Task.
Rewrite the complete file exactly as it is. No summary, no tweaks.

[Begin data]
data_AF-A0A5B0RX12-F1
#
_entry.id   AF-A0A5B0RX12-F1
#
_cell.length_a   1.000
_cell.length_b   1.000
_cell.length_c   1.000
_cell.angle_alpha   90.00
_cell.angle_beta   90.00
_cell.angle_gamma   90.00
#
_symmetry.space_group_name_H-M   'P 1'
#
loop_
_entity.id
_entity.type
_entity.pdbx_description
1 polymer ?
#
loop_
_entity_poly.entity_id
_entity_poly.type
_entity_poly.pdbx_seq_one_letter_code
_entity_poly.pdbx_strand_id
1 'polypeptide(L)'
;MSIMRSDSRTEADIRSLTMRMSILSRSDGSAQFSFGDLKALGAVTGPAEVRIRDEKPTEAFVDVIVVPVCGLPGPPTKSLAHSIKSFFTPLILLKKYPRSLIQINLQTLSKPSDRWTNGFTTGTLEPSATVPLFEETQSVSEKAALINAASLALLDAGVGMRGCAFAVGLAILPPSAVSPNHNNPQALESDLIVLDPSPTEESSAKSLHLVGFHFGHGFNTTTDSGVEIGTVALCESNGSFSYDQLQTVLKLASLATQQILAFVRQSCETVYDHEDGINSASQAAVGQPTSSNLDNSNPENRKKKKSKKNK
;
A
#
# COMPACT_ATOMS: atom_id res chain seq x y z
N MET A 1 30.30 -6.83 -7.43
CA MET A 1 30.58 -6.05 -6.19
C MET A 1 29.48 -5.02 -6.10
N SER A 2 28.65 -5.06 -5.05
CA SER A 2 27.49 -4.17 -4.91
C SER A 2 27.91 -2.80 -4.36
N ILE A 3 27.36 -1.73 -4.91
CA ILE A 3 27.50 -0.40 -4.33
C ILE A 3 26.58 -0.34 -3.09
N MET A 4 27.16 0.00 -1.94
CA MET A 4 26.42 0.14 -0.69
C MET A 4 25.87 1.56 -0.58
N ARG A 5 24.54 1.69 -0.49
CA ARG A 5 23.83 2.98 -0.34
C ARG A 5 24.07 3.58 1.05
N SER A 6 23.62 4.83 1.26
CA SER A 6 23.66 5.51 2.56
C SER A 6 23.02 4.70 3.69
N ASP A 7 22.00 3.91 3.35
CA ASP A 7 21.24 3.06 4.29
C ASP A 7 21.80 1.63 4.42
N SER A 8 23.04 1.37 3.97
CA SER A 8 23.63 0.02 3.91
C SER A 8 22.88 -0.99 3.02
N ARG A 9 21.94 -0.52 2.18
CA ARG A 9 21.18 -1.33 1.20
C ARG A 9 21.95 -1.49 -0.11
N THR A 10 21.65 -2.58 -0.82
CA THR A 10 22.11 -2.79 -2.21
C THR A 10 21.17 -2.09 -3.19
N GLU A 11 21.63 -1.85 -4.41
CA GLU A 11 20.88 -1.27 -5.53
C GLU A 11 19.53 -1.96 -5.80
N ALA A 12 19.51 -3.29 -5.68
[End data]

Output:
data_AF-A0A5B0RX12-F1
#
_entry.id   AF-A0A5B0RX12-F1
#
_cell.length_a   1.000
_cell.length_b   1.000
_cell.length_c   1.000
_cell.angle_alpha   90.00
_cell.angle_beta   90.00
_cell.angle_gamma   90.00
#
_symmetry.space_group_name_H-M   'P 1'
#
loop_
_entity.id
_entity.type
_entity.pdbx_description
1 polymer ?
#
loop_
_entity_poly.entity_id
_entity_poly.type
_entity_poly.pdbx_seq_one_letter_code
_entity_poly.pdbx_strand_id
1 'polypeptide(L)'
;MSIMRSDSRTEADIRSLTMRMSILSRSDGSAQFSFGDLKALGAVTGPAEVRIRDEKPTEAFVDVIVVPVCGLPGPPTKSLAHSIKSFFTPLILLKKYPRSLIQINLQTLSKPSDRWTNGFTTGTLEPSATVPLFEETQSVSEKAALINAASLALLDAGVGMRGCAFAVGLAILPPSAVSPNHNNPQALESDLIVLDPSPTEESSAKSLHLVGFHFGHGFNTTTDSGVEIGTVALCESNGSFSYDQLQTVLKLASLATQQILAFVRQSCETVYDHEDGINSASQAAVGQPTSSNLDNSNPENRKKKKSKKNK
;
A
#
# COMPACT_ATOMS: atom_id res chain seq x y z
N MET A 1 30.30 -6.83 -7.43
CA MET A 1 30.58 -6.05 -6.19
C MET A 1 29.48 -5.02 -6.10
N SER A 2 28.65 -5.06 -5.05
CA SER A 2 27.49 -4.17 -4.91
C SER A 2 27.91 -2.80 -4.36
N ILE A 3 27.36 -1.73 -4.91
CA ILE A 3 27.50 -0.40 -4.33
C ILE A 3 26.58 -0.34 -3.09
N MET A 4 27.16 0.00 -1.94
CA MET A 4 26.42 0.14 -0.69
C MET A 4 25.87 1.56 -0.58
N ARG A 5 24.54 1.69 -0.49
CA ARG A 5 23.83 2.98 -0.34
C ARG A 5 24.07 3.58 1.05
N SER A 6 23.62 4.83 1.26
CA SER A 6 23.66 5.51 2.56
C SER A 6 23.02 4.70 3.69
N ASP A 7 22.00 3.91 3.35
CA ASP A 7 21.24 3.06 4.29
C ASP A 7 21.80 1.63 4.42
N SER A 8 23.04 1.37 3.97
CA SER A 8 23.63 0.02 3.91
C SER A 8 22.88 -0.99 3.02
N ARG A 9 21.94 -0.52 2.18
CA ARG A 9 21.18 -1.33 1.20
C ARG A 9 21.95 -1.49 -0.11
N THR A 10 21.65 -2.58 -0.82
CA THR A 10 22.11 -2.79 -2.21
C THR A 10 21.17 -2.09 -3.19
N GLU A 11 21.63 -1.85 -4.41
CA GLU A 11 20.88 -1.27 -5.53
C GLU A 11 19.53 -1.96 -5.80
N ALA A 12 19.51 -3.29 -5.68